WILKES-BARRE — If the idea was to encourage kindergarten students at Dodson Elementary to read more, Bill Jones succeeded before he even cracked open his copy of “Zack’s Alligator” on Thursday.
“How many of you want to be a good reader?” the United Way of Wyoming Valley president asked the class eagerly gathered at his feet for an event marking national Read Across America Day.
“I’m already a good reader!” one youngster shouted, prompting a rapid escalation of one-upmanship.
“I only know how to read one book.”
“I can read two books.”
“I can read 100 books!”
Jones came to the school dressed in pull-over shirt and a striped Cat in the Hat chapeau to combine the United Way’s “Real Men Read” program with the National Education Association’s Read Across America Day.
Real Men Read connects volunteer “MENtors” with pre-school and kindergarten classes to encourage reading and learning, with a male role model doing the encouraging.
Read Across America, set up by the nation’s largest teachers union, is held on the birthday of Theodore Geisel, much better known as children’s author Dr. Seuss, imagineer of famous rhyming characters like the Cat in the Hat, the Grinch, Horton, the Who-hearing elephant, and the eco-friendly Lorax.
The mash-up of the two programs worked, with the students avidly responding to many comments and questions from Jones as he read the book about a boy who gets a key chain with an alligator on it that grows big as life when put in enough water.
“Holy Golly!” one girl squealed as Jones showed the page of Bridget, the gator, getting too big for the bathtub.
“How many of you like to splash when you’re in the tub?” Jones asked.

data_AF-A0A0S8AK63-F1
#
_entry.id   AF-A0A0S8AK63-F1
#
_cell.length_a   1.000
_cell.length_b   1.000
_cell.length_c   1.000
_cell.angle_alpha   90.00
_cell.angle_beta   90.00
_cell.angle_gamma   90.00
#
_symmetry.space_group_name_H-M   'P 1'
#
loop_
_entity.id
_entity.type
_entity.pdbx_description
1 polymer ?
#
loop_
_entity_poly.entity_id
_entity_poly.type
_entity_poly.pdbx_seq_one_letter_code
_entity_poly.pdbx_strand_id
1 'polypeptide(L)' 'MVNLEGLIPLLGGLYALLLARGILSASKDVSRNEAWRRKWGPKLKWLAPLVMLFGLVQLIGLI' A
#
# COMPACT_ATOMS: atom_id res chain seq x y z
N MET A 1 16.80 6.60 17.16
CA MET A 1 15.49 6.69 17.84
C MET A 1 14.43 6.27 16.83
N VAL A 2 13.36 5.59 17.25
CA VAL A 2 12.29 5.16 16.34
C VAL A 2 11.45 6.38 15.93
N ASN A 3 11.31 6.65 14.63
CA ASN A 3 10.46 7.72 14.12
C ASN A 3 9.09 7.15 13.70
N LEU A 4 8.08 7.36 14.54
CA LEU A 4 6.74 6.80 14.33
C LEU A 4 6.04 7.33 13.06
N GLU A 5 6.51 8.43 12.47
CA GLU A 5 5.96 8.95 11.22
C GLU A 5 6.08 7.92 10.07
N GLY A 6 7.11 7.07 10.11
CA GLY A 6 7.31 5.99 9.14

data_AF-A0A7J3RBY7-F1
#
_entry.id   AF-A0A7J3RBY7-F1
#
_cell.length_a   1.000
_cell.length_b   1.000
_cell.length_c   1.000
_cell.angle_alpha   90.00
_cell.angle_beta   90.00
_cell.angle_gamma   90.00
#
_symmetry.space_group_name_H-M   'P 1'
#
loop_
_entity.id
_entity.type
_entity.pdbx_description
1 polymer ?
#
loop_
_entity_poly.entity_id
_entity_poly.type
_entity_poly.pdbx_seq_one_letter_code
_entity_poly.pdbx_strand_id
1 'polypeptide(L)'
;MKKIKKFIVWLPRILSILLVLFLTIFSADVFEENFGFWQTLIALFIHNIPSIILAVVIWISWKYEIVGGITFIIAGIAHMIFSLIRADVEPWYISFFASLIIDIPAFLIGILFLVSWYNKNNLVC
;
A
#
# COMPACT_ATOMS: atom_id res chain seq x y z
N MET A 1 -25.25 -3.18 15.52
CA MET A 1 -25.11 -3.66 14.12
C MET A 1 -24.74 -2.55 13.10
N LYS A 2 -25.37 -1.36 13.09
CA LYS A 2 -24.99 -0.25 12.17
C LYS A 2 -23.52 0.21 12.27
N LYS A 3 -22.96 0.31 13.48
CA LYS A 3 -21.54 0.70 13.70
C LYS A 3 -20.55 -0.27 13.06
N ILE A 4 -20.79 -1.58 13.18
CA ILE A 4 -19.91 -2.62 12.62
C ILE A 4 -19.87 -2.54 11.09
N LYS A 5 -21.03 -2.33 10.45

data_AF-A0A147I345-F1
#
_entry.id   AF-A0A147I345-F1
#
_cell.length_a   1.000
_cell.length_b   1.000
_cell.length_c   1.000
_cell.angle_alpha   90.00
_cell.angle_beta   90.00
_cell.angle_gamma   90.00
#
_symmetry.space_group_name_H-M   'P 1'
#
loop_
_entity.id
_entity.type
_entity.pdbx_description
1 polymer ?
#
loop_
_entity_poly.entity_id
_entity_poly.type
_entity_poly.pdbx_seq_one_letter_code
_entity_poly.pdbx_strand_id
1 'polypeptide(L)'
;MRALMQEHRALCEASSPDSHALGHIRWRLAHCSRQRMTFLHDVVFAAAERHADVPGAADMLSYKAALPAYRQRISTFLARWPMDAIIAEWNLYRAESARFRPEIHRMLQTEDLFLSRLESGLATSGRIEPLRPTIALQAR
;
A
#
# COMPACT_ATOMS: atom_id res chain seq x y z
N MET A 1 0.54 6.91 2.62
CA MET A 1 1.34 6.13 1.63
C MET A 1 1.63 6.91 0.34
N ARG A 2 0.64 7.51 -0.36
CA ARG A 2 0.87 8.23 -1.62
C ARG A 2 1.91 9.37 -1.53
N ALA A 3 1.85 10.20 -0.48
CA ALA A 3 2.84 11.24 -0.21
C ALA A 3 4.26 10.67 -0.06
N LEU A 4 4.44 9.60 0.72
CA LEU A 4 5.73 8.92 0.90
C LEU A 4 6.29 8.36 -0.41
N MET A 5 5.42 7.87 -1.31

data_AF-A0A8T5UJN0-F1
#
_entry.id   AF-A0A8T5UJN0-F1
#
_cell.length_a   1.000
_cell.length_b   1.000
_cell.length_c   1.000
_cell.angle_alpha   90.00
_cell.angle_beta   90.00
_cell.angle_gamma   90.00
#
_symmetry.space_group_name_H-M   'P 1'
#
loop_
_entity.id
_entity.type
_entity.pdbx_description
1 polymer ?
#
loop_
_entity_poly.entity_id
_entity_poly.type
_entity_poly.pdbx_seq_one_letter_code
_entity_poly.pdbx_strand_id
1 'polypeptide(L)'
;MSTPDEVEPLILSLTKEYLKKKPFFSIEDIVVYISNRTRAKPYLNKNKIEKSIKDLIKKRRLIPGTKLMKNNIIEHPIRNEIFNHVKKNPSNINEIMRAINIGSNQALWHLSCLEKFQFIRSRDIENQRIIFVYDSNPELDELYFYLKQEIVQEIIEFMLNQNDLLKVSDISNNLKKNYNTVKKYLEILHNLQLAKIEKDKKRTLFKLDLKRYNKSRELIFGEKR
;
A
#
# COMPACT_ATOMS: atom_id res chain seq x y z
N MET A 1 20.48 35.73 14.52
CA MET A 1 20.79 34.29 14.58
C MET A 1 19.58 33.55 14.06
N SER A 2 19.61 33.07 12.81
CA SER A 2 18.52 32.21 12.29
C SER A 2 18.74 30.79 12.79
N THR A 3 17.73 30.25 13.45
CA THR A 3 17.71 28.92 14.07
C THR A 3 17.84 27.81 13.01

“I have towels all around on the floor!” one girl beamed.
When Bridget wolfed down the family’s meatloaf and Jones asked what alligators like to eat, one girl did not hesitate to go a little dark. “They do eat people!” she pointed out.
Jones read the part where Bridget talks about her diet in the Florida everglades: “snakes, fish and slugs.”
That last one elicited a collective “Eeeeww!” from the class, followed by another bit of bragging. “My dad has a lot of snakes at home!”
Slugs might not be so bad, Jones suggested. “They probably have a lot of protein.”
Bridget wrestled with a garden hose, gulped from a fountain, found she was long enough to ride a see-saw solo, and scoffed when a policeman suggested a leash. At the end of the day, the alligator shrunk back to key chain size, affording no proof to Zack’s parents of his adventures with a giant reptile — well, except for the curious disappearance of meatloaf from the fridge.
As copies of the book were passed out, the students exchanged ideas for pets.
“I’d like a baby tiger,” Amanda Cardy said, “but when it grows up, it will be good and won’t eat people.”
Dustin Davis dreamt smaller, but no less exotic, evoking a rodent native to the Andes mountains in South America.
“I want a pet chinchilla!”